Cutting the cake is a ceremony that we all seem to willingly put up with because we know we're going to score some cake at the end of all the nonsense. Weddings are notorious for raising cake cutting to a whole other realm. Cutting and sharing the cake takes on meanings well beyond the simple butter, eggs, and flour sitting on a table. The moment must be documented with photos. We are celebrating the couple, though most just want to know if it's white or chocolate cake and are already debating how long the marriage will last. Yeah, I'm a bit cynical.

No less popular is cutting the cake at birthday parties. Kids learn this at an early age. It's pretty much the whole reason for going to the party. The cake. It better be a good one or the word of the failure will run rampant through the school.

We have special knives for cutting the cake. Some people must put the cakes on special plates.

And then there's pot luck dinners where it's all self-serve. Sometimes the cake has already been cut by the time it's placed on the table amongst the other desserts. As each piece is taken away the remainder starts to look pathetic, sometimes caving in on itself so by the time you get a piece it no longer looks remotely like a piece. It looks like a mound. And because the cake was pre-cut there's no magic associated with it. We're sharing the cake, but not the moment. It becomes what it really is...just a cake.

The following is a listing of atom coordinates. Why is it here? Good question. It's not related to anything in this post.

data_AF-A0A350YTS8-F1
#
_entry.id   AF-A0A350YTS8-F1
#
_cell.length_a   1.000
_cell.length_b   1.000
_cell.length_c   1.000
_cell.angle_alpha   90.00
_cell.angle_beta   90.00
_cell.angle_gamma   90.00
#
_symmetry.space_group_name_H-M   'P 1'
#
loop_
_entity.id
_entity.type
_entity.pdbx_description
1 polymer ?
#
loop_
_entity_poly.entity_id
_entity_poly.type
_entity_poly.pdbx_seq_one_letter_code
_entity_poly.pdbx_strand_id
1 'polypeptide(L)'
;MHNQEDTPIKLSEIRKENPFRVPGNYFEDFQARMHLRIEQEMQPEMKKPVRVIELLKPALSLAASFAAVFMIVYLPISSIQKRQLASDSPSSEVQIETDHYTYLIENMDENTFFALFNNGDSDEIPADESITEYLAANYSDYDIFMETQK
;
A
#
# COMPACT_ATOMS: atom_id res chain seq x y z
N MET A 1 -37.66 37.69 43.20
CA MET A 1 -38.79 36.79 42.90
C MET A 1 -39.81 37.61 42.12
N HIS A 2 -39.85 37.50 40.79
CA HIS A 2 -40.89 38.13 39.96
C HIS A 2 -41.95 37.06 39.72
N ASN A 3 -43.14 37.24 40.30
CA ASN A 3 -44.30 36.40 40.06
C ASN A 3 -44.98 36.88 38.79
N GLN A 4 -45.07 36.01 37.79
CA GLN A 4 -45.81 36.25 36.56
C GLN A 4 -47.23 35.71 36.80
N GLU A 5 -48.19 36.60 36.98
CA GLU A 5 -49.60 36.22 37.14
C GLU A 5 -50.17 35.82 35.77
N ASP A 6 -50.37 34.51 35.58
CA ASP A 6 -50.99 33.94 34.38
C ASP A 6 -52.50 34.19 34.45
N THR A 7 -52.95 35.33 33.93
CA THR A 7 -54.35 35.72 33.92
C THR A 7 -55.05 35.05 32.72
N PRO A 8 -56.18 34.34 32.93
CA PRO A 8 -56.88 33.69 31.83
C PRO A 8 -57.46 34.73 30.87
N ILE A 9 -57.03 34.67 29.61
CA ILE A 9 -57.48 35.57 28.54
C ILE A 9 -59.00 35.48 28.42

The picture below is obviously a special cake, a special moment. You can barely see the actual knife being held by the man and woman. Though this looks like it was taken at an Italian restaurant the man looks like someone you'd find in a French New Wave film from the '60s. Meanwhile the boy looks right out of the suburbs in the '50s and he's anticipating getting his piece. The moment is secondary to him. It's all about the cake. 

But here's what I really like about this shot. There's something missing in this picture. Something very obvious. Something that should be there. Can you find it? 

cut the cake_tatteredandlost
Click on the image to see it larger.

And then there's this delightful shot where the two on the right are nearly giddy over the moment. Meanwhile, the woman cutting the cake takes this all very serious. For her it's an historical moment, or as my dad likes to say an "hysterical moment." 

oh joy_cake_tatteredandlost



This found photo makes me laugh on so many levels. Again, it's all in the details.


There are lots of snapshots floating around of kids in costumes, so the Indian costume is not all that important, though it does add to the oddness. No, what makes this shot funny is the dour/bored look on the child's face in unintentional juxtaposition with what's written around the outside trim.

          "Don't you wish you had a nice little brother playmate like me"

What exactly was going through this boys head? He could be annoyed that he had to take a break from his playtime to pose for the shot. He could have been sitting there quietly contemplating his history as a great chief when mom walked by with the camera saying, "Oh, you're so precious. Just hold still." Or he could be sadly lamenting that he actually doesn't have anyone to play with. Whatever his thoughts, the caption certainly doesn't sell him as a joyous funster. So who exactly did mom write this message for? Who was she trying to convince that her boy was fun?